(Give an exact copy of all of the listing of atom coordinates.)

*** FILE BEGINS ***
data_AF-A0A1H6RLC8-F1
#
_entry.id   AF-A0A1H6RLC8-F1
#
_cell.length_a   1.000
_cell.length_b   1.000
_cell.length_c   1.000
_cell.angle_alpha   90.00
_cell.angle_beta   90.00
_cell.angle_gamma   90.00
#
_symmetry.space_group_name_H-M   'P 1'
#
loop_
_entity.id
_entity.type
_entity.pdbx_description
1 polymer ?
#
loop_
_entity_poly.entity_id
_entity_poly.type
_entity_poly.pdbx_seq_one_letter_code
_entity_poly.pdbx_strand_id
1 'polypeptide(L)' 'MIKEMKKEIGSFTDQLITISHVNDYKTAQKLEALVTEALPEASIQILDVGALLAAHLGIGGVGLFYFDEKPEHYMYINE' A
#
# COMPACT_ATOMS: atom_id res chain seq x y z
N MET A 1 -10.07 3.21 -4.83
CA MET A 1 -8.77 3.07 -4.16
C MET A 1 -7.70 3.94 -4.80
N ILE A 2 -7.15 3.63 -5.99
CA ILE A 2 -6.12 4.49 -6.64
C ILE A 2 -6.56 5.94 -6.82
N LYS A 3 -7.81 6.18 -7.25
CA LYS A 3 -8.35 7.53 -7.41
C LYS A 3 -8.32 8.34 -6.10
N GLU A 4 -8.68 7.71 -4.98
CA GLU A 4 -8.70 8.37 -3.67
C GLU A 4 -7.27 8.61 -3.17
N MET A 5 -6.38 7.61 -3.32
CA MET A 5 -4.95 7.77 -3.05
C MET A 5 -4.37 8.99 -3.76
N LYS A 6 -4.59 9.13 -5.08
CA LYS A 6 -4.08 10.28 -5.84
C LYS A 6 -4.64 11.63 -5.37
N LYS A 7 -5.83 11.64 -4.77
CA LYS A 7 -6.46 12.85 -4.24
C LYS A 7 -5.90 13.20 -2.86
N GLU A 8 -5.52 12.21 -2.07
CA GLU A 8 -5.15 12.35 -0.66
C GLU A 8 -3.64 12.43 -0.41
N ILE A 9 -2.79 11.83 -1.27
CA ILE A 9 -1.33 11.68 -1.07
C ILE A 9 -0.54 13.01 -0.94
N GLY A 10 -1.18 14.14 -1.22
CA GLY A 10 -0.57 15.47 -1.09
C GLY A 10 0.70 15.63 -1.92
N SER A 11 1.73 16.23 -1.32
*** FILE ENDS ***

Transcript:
data_AF-A0A1H6RLC8-F1
#
_entry.id   AF-A0A1H6RLC8-F1
#
_cell.length_a   1.000
_cell.length_b   1.000
_cell.length_c   1.000
_cell.angle_alpha   90.00
_cell.angle_beta   90.00
_cell.angle_gamma   90.00
#
_symmetry.space_group_name_H-M   'P 1'
#
loop_
_entity.id
_entity.type
_entity.pdbx_description
1 polymer ?
#
loop_
_entity_poly.entity_id
_entity_poly.type
_entity_poly.pdbx_seq_one_letter_code
_entity_poly.pdbx_strand_id
1 'polypeptide(L)' 'MIKEMKKEIGSFTDQLITISHVNDYKTAQKLEALVTEALPEASIQILDVGALLAAHLGIGGVGLFYFDEKPEHYMYINE' A
#
# COMPACT_ATOMS: atom_id res chain seq x y z
N MET A 1 -10.07 3.21 -4.83
CA MET A 1 -8.77 3.07 -4.16
C MET A 1 -7.70 3.94 -4.80
N ILE A 2 -7.15 3.63 -5.99
CA ILE A 2 -6.12 4.49 -6.64
C ILE A 2 -6.56 5.94 -6.82
N LYS A 3 -7.81 6.18 -7.25
CA LYS A 3 -8.35 7.53 -7.41
C LYS A 3 -8.32 8.34 -6.10
N GLU A 4 -8.68 7.71 -4.98
CA GLU A 4 -8.70 8.37 -3.67
C GLU A 4 -7.27 8.61 -3.17
N MET A 5 -6.38 7.61 -3.32
CA MET A 5 -4.95 7.77 -3.05
C MET A 5 -4.37 8.99 -3.76
N LYS A 6 -4.59 9.13 -5.08
CA LYS A 6 -4.08 10.28 -5.84
C LYS A 6 -4.64 11.63 -5.37
N LYS A 7 -5.83 11.64 -4.77
CA LYS A 7 -6.46 12.85 -4.24
C LYS A 7 -5.90 13.20 -2.86
N GLU A 8 -5.52 12.21 -2.07
CA GLU A 8 -5.15 12.35 -0.66
C GLU A 8 -3.64 12.43 -0.41
N ILE A 9 -2.79 11.83 -1.27
CA ILE A 9 -1.33 11.68 -1.07
C ILE A 9 -0.54 13.01 -0.94
N GLY A 10 -1.18 14.14 -1.22
CA GLY A 10 -0.57 15.47 -1.09
C GLY A 10 0.70 15.63 -1.92
N SER A 11 1.73 16.23 -1.32